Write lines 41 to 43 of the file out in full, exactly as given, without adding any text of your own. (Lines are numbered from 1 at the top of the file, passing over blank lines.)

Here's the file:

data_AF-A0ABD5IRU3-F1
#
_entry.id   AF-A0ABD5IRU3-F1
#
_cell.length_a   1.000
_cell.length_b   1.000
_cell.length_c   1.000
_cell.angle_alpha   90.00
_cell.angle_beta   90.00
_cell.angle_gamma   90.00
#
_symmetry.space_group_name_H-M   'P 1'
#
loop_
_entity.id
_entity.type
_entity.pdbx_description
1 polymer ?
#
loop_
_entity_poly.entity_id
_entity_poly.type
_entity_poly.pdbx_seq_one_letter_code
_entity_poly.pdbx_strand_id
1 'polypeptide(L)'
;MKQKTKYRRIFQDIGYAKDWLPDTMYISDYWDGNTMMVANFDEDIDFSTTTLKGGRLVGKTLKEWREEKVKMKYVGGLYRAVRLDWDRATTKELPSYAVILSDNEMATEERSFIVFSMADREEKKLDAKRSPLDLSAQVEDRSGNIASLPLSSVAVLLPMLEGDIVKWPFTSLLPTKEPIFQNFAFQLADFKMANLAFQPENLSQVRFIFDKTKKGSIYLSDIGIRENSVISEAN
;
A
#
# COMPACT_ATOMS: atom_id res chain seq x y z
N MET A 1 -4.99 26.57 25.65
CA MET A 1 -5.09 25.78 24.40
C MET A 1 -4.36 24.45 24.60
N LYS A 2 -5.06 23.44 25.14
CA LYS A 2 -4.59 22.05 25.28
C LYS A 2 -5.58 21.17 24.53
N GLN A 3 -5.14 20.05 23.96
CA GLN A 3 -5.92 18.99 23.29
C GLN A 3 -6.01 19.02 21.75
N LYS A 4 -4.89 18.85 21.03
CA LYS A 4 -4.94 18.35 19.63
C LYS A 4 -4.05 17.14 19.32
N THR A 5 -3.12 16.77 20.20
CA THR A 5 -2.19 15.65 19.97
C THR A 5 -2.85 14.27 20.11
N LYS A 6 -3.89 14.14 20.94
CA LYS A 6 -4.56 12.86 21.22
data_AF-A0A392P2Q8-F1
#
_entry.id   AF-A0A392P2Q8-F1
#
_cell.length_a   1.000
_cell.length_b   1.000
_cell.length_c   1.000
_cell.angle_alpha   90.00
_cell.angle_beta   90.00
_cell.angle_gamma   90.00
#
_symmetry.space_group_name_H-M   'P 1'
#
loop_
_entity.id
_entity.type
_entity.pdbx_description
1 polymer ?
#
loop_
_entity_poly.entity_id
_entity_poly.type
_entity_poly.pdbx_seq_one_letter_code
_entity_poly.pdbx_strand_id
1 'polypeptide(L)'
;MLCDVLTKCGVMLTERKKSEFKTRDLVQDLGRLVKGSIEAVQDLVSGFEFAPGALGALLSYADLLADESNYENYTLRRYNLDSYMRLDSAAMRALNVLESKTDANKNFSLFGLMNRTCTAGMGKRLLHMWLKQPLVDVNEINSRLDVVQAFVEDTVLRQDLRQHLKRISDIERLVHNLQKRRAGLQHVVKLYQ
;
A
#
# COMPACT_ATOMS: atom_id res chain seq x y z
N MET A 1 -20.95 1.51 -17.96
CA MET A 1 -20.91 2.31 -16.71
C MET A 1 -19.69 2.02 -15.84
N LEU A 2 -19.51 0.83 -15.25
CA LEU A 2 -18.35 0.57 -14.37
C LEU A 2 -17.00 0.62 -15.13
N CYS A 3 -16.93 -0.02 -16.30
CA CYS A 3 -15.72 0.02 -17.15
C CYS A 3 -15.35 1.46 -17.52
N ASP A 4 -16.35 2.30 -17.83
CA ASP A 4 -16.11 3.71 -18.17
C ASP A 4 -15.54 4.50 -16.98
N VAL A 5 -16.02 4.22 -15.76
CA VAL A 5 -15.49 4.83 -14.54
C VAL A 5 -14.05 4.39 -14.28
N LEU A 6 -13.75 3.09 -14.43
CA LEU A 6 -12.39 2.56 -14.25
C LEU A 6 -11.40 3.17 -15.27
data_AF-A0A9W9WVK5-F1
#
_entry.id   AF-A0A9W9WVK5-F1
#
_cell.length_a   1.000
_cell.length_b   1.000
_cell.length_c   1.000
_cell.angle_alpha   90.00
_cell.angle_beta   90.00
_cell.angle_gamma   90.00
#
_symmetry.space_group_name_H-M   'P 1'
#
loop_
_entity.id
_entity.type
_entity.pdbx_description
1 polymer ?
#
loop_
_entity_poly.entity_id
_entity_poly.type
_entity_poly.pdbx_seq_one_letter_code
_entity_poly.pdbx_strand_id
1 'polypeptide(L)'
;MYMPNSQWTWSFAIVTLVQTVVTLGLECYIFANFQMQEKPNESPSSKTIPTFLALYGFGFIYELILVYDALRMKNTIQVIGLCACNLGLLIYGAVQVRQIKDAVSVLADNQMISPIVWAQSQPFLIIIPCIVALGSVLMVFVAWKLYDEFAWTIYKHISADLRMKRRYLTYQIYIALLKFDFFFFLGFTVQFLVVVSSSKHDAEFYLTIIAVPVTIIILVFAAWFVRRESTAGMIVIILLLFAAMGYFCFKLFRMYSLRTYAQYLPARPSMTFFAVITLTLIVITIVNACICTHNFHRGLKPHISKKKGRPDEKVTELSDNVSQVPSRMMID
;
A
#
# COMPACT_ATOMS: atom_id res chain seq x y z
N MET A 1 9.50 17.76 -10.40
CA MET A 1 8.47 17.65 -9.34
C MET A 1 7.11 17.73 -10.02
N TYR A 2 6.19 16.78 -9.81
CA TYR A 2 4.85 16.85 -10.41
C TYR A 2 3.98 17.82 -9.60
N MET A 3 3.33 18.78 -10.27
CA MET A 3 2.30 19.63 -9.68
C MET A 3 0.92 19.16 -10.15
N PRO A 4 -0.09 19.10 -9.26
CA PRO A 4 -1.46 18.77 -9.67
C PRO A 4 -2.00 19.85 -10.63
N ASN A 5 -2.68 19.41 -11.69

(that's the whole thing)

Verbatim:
CA LYS A 4 -4.94 18.35 19.63
C LYS A 4 -4.05 17.14 19.32
N THR A 5 -3.12 16.77 20.20